Shout if from the rooftops! Six Sigma is NOT a Silver Bullet! And now you have research from business advisory firm The Hackett Group to back it up. According to Hackett Senior Business Advisor Penny Weller (who is a Motorola Certified Black Belt), as quoted in a Supply & Demand Chain Executive article, Six Sigma is great, particularly for companies seeking to streamline operations and eliminate variation in processes, but, like any tool, it can be used properly or improperly, to varying results. The goal is to create a continuous improvement mindset that is embraced at all levels of the organization.
I’m not trying to put down Six Sigma, as I’ve been known to promote it on occasion, but simply the stigma that goes with the sigma – that it is the silver bullet, the ultimate solution for all of your business problems. Not only is there no silver bullet for all of your business problems, there is no silver bullet for even one of your business problems. There is no 100% solution. There are solutions that work the vast majority of the time, maybe even more than 99% of the time, but the unpredictable, sometimes chaotic, nature of business indicates that there is no perfect solution, and the only true way to be a market leader is to identify when a solution will and will not work, and where it will not work, identify an alternate solution and keep building toward that perfect solution, knowing that you’ll never truly get there.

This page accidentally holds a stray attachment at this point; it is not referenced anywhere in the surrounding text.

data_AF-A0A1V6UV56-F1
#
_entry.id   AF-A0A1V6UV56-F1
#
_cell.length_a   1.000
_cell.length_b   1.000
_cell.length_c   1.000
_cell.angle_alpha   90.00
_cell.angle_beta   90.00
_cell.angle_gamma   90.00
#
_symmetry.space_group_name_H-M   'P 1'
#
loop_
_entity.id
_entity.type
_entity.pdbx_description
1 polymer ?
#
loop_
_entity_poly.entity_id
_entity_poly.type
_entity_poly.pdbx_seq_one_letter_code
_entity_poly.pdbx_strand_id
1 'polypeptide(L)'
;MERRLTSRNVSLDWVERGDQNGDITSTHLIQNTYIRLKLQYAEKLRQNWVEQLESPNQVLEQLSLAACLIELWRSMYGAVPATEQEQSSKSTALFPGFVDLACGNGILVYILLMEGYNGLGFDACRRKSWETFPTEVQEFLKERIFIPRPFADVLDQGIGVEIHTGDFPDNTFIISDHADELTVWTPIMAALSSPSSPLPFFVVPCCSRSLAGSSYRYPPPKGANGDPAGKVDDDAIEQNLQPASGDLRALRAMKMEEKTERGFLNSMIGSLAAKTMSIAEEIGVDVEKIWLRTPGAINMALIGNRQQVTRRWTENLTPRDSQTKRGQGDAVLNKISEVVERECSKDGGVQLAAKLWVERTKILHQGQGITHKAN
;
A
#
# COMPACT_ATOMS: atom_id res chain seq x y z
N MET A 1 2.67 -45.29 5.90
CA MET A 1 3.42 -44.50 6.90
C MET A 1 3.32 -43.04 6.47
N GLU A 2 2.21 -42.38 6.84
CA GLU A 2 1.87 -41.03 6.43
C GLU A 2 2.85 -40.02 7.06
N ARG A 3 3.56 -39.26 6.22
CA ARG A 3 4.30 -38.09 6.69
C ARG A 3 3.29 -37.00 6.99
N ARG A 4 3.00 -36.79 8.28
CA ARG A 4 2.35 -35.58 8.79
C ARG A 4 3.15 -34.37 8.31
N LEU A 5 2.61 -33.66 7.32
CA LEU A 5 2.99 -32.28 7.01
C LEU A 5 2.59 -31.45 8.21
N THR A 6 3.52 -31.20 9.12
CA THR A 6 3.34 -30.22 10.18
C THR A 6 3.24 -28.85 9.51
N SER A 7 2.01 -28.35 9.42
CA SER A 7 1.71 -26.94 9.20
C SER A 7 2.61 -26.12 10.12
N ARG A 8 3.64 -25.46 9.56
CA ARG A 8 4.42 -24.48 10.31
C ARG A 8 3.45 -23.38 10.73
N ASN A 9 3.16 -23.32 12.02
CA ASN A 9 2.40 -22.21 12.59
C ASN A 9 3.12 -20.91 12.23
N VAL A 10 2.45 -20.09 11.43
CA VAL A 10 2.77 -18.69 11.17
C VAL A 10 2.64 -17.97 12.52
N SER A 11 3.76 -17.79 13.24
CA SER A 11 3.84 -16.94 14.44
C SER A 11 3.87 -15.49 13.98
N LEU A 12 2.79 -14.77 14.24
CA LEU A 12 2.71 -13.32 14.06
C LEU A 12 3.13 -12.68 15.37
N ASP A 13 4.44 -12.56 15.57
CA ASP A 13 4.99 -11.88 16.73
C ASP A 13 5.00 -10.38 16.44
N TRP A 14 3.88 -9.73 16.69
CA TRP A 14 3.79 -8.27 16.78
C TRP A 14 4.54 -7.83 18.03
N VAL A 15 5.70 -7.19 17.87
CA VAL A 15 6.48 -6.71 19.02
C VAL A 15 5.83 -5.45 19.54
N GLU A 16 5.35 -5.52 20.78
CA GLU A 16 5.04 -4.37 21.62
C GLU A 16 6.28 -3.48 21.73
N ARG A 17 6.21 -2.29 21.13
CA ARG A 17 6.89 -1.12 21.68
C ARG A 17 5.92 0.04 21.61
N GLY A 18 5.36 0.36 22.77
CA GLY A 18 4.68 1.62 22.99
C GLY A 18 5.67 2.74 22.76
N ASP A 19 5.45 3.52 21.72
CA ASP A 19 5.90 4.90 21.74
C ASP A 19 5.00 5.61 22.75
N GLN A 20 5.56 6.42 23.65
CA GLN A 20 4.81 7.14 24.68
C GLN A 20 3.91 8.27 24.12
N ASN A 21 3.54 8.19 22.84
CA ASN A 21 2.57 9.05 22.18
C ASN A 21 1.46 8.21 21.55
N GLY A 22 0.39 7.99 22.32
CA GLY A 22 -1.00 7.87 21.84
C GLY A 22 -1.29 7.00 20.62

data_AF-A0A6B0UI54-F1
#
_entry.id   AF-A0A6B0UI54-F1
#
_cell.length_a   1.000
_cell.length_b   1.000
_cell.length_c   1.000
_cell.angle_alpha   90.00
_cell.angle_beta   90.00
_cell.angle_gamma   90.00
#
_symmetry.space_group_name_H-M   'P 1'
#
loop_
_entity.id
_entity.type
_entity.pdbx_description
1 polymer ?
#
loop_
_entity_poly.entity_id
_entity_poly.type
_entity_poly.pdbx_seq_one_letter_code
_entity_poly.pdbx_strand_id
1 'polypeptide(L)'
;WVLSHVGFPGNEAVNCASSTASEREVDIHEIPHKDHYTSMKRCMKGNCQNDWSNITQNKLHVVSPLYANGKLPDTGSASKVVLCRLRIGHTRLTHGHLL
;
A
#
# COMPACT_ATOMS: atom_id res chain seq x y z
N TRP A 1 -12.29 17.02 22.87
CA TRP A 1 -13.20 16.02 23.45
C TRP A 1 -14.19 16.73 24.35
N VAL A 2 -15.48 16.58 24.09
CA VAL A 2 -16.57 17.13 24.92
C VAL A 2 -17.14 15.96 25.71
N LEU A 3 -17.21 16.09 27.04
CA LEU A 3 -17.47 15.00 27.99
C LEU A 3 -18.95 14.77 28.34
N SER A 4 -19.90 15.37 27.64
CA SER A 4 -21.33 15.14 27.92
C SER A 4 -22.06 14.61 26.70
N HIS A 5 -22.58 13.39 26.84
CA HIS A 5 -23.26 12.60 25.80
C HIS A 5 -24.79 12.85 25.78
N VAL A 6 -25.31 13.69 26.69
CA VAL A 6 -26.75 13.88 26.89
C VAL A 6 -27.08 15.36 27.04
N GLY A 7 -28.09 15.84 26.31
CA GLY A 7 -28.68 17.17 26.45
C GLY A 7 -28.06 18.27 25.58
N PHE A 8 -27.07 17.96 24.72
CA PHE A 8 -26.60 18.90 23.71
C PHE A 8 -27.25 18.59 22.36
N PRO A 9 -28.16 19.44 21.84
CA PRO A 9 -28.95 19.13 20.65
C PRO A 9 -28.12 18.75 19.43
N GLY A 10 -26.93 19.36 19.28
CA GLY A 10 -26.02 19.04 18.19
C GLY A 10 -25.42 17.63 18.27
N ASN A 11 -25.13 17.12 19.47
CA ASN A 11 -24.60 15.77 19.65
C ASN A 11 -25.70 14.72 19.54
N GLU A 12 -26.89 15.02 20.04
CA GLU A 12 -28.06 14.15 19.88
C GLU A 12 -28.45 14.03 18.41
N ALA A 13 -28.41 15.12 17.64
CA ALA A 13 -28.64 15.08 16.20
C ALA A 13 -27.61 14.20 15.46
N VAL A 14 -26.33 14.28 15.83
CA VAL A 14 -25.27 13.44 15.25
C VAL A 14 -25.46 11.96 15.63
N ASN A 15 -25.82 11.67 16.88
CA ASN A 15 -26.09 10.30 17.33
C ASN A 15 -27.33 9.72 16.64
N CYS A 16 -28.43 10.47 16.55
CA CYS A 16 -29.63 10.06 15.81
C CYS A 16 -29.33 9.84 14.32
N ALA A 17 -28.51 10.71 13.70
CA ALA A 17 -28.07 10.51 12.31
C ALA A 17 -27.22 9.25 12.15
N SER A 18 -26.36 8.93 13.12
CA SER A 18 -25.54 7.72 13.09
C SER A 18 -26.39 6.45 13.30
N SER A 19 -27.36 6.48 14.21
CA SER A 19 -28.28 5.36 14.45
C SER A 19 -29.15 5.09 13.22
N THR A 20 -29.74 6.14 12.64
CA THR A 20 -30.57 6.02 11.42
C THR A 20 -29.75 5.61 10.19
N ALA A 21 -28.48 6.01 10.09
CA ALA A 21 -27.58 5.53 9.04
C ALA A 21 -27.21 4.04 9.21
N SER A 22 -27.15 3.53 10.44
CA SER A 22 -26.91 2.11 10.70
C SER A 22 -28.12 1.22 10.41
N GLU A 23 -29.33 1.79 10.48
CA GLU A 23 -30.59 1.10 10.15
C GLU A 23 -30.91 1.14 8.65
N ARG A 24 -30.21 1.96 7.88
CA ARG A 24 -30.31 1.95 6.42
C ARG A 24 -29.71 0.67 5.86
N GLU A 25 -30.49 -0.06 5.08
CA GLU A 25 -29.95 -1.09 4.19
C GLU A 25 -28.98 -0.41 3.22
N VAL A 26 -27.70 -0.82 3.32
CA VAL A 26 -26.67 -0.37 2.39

The second paragraph of the Supply & Demand Chain Executive article makes a great point. Many executives use Six Sigma or other continuous improvement programs to drive enhancements in finance, information technology (IT), procurement, human resources (HR) and other selling, general and administrative (SG&A) functions. But according to Hackett research, many executives fail to realize the benefits of these initiatives because Six Sigma is, by definition, an incremental process improvement methodology and is not appropriate for situations that require significant transformational change.
If you don’t have the right process to begin with, no amount of improvement will make it right. It all comes down to understanding the problem, identifying the right solution, implementing that solution, and continually striving to make it better. Six Sigma is just one methodology you can use to make it better, there are others.